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Get on the floor! Pt. 2

Part 1  of Get On The Floor can be found right HERE. In brief summary, playing with our kids allows us to build a strong relationship built on trust and respect that can carry through to adolescence when it is invaluable. Additionally, we are building little humans during the early years and it is important to recognize play time as an opportunity to teach many lessons that our children will carry with them. Kids learn through play and we can take advantage of that. There are several other reasons we should get on the floor with our children.

Builds Problem Solving Skills

This goes hand in hand with the learning aspect mentioned above, so I just want to go into it briefly. Kids often get frustrated when they aren’t able to do something easily on their own. Many parents don’t truly recognize this until school begins assigning homework and their kids begin to ask mom and dad to do it for them. This tendency can be reduced by helping our kids learn problem solving skills earlier on. We do this by helping them to figure out how to accomplish challenging tasks on their own, rather than simply doing it for them ourselves. This requires patience on the part of the parent because it is easy to end a tantrum by just doing it for our child. The short-term struggle for the parent will pay off long-term by helping your son or daughter learn the process of problem solving, as well as the importance of hard work. At this moment, we are trying to teach Mary how to put her own clothes on. It is so hard to watch her struggle to get the shirt over her head, and to find the holes for her arms. Every single time I am tempted to jump in and make it easier for her (and me!), and I have to remind myself of the lesson she is learning that her struggles pay off, because she is always able to do it eventually! The smile on her face when she finally succeeds is priceless.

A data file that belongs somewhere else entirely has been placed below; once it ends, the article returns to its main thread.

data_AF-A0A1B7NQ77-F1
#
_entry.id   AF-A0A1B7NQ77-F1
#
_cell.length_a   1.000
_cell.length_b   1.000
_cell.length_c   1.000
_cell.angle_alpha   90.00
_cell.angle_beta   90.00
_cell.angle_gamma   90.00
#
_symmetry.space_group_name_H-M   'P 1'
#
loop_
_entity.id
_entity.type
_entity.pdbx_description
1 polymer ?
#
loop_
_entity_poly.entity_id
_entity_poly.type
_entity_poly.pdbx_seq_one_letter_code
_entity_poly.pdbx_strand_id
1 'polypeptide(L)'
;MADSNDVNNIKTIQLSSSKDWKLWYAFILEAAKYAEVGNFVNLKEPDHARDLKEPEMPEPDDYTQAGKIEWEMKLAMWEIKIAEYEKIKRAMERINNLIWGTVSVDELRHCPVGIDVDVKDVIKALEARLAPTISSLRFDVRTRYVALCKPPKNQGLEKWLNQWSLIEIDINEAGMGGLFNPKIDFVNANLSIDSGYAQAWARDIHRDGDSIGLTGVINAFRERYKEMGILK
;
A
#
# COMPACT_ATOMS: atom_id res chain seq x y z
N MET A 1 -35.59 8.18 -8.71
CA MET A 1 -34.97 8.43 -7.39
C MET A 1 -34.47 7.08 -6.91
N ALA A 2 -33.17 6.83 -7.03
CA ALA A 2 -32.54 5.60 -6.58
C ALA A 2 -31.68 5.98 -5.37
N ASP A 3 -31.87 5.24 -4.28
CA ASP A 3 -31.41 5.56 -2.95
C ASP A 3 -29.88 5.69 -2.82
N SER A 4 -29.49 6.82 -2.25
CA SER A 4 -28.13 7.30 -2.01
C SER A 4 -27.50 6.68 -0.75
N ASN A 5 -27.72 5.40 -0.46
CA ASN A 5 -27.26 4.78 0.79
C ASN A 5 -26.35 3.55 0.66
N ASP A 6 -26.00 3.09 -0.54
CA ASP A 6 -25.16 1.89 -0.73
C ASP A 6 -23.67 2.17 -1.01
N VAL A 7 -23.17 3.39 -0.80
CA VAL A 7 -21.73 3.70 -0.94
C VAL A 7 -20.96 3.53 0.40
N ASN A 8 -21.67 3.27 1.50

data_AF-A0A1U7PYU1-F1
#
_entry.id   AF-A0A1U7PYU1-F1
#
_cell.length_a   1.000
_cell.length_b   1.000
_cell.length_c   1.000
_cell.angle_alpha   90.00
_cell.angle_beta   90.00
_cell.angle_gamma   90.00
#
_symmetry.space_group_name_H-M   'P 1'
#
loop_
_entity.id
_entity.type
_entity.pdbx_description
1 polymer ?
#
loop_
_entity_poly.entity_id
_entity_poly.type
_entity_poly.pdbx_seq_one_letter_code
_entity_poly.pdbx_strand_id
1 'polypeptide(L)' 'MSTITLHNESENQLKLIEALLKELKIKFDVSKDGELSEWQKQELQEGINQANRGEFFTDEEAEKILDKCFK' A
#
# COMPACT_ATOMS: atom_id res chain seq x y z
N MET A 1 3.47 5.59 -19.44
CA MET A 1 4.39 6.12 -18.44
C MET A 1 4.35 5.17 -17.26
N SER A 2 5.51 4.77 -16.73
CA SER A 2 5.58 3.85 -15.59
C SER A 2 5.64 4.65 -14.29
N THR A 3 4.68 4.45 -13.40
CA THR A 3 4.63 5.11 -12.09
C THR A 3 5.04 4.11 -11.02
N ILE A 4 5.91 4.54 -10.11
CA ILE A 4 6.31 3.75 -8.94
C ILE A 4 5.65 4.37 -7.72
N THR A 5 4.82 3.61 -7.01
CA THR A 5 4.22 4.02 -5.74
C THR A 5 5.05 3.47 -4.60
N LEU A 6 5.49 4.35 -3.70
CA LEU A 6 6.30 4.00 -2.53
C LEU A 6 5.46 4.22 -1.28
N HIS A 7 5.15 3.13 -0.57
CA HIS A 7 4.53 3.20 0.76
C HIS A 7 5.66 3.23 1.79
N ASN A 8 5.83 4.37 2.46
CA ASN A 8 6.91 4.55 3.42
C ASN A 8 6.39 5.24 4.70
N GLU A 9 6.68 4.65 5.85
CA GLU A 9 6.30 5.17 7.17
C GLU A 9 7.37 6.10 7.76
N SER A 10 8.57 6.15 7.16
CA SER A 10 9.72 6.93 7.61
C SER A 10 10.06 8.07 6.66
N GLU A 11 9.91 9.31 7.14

Reduce Behavior Problems

This one gets into my work with children and their parents. Most parents bring their child to see me because of significant behavior problems that no amount of time outs or corporal punishment has seemed to address. If for no other reason, giving your children ample focused play time at an early age has been shown to reduce the development of these types of behavior problems! When kids feel important and valued, they want to keep that status and avoid disappointing their parents. When kids don’t feel important, they are more likely to act out, connect with undesirable peers, and cause many headaches for their parents. Kids enjoy attention, and acting out usually gets their parents’ attention. A hard truth is that negative attention is still attention. It takes as little as 15 minutes of attentive play each day to help build the positive relationships that can avoid these outcomes. My wife and I have both noticed a difference in how Mary treats her sister depending on whether or not we’ve had the chance to play with her. She is more rough when we’ve plopped her in front of the TV too much, or asked her to play by herself for too long. We are quickly learning the signs that we better play horses or build a castle to avoid a tantrum or aggressive behavior towards her sister.

And of course the unspoken thing here is that parents can end up struggling with anxiety or depression because of the challenges posed by their children. While you may be feeling overwhelmed with trying to cram another thing into your schedule. While “forced fun” may not seem like what you’d like to be doing with that spare time. I hope these past two posts have shown a few of the numerous reasons it is worthwhile to take time out of your day and to get on the floor with your kids! It’s never too late to start this process, whether your child is 3 or 10, or whether they are acting out or not. Try and schedule yourself that time (and I literally mean put this on your calendar to begin with) starting today! Maybe you’ll come to enjoy that time as well. I have plans for future posts that will go into detail on how to play with your kids, because not all of us had the best role models when going through our own childhood. Believe me, it is something you can learn to do… and your kids will LOVE you for it!

Let me know if you have any questions, or are interested in scheduling a free 30 minute consultation.

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Dr. Kevin Hyde

Dr. Kevin Hyde

Dr. Kevin Hyde is a clinical psychologist licensed to practice in the state of Florida. He resides in Pinellas County with his wife and two young daughters. In his spare time, Dr. Hyde enjoys relaxing at the beach with family, Nationals baseball, baking bread, and keeping up with current events. He founded Pinellas Anxiety Specialists with the hope of reducing the stress and anxiety that so many cope with on a daily basis.